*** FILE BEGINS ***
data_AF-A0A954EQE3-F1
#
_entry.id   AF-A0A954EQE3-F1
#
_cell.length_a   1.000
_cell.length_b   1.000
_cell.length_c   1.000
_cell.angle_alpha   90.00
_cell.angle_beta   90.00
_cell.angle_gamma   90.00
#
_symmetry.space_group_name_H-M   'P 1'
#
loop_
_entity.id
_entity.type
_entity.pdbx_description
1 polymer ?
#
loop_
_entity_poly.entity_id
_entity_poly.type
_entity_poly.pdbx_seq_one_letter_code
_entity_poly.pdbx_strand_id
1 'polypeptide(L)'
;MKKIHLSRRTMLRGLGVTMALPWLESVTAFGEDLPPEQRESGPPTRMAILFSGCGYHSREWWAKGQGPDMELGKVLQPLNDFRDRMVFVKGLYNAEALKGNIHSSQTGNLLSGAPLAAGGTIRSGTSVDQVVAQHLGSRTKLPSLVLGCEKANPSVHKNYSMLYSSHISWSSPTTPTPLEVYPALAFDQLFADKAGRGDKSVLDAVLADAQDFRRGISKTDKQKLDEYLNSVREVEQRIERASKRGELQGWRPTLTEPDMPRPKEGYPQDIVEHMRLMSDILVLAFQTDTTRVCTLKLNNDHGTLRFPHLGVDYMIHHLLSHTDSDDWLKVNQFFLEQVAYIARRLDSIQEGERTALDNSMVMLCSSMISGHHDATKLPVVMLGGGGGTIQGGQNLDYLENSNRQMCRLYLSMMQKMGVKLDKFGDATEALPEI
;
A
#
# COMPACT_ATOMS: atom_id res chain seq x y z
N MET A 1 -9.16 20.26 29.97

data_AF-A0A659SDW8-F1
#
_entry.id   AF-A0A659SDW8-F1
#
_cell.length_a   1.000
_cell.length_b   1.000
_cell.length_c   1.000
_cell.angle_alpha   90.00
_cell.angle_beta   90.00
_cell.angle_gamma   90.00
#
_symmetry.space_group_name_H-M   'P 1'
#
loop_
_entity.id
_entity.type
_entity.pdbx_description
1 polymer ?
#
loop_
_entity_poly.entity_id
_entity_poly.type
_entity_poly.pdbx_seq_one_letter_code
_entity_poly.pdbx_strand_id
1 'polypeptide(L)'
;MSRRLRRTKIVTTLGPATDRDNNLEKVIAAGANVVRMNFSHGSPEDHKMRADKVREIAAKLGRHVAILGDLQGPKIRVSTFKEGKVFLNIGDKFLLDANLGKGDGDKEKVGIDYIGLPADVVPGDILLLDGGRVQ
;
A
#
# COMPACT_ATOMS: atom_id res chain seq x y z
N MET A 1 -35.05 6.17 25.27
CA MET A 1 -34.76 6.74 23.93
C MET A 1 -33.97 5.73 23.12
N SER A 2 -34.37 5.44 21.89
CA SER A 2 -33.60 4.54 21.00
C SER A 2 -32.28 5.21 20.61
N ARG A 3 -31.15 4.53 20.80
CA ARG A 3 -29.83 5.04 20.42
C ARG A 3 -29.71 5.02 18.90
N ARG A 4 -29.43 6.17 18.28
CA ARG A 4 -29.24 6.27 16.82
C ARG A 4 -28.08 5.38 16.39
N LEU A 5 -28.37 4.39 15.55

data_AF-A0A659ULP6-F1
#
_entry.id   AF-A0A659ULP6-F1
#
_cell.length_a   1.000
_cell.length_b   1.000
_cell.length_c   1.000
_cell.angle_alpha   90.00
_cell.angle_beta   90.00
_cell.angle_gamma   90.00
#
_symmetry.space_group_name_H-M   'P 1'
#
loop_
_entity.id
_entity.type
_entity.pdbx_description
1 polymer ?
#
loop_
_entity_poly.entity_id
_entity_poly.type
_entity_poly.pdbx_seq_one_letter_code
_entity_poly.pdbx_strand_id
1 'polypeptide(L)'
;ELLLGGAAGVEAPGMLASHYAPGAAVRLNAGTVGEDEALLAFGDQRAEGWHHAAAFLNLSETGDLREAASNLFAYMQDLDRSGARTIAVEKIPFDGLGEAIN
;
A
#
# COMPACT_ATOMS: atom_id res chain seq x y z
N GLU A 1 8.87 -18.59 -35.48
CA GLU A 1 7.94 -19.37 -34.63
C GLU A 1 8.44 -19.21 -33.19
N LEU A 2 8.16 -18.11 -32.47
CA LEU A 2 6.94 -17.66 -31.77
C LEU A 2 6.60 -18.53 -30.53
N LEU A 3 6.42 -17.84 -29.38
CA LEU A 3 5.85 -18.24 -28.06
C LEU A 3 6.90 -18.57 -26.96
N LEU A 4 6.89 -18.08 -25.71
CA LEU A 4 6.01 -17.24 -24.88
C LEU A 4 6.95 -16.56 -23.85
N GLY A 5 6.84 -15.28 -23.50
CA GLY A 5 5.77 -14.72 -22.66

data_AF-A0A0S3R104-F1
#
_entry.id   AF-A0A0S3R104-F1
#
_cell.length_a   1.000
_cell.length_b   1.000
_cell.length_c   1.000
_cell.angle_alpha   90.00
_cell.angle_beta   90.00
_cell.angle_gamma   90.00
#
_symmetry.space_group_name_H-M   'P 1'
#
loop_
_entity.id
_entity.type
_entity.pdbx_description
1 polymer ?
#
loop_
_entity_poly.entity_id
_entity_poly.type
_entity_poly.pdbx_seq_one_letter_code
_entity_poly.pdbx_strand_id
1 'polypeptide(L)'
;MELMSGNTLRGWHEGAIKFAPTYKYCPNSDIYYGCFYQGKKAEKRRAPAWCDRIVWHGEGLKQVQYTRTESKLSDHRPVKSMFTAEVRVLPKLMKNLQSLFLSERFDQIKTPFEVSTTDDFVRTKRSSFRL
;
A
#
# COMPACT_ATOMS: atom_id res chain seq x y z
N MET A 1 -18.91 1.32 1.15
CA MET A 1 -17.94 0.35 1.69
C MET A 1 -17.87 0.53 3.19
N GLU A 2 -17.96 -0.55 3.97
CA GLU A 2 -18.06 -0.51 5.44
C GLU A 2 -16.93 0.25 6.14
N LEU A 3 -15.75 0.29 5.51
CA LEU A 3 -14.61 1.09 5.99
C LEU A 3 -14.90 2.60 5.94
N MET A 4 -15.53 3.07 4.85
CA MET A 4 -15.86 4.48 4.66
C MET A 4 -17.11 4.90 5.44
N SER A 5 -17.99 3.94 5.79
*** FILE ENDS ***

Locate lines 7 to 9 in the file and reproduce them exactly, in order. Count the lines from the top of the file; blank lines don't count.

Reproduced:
_cell.length_c   1.000
_cell.angle_alpha   90.00
_cell.angle_beta   90.00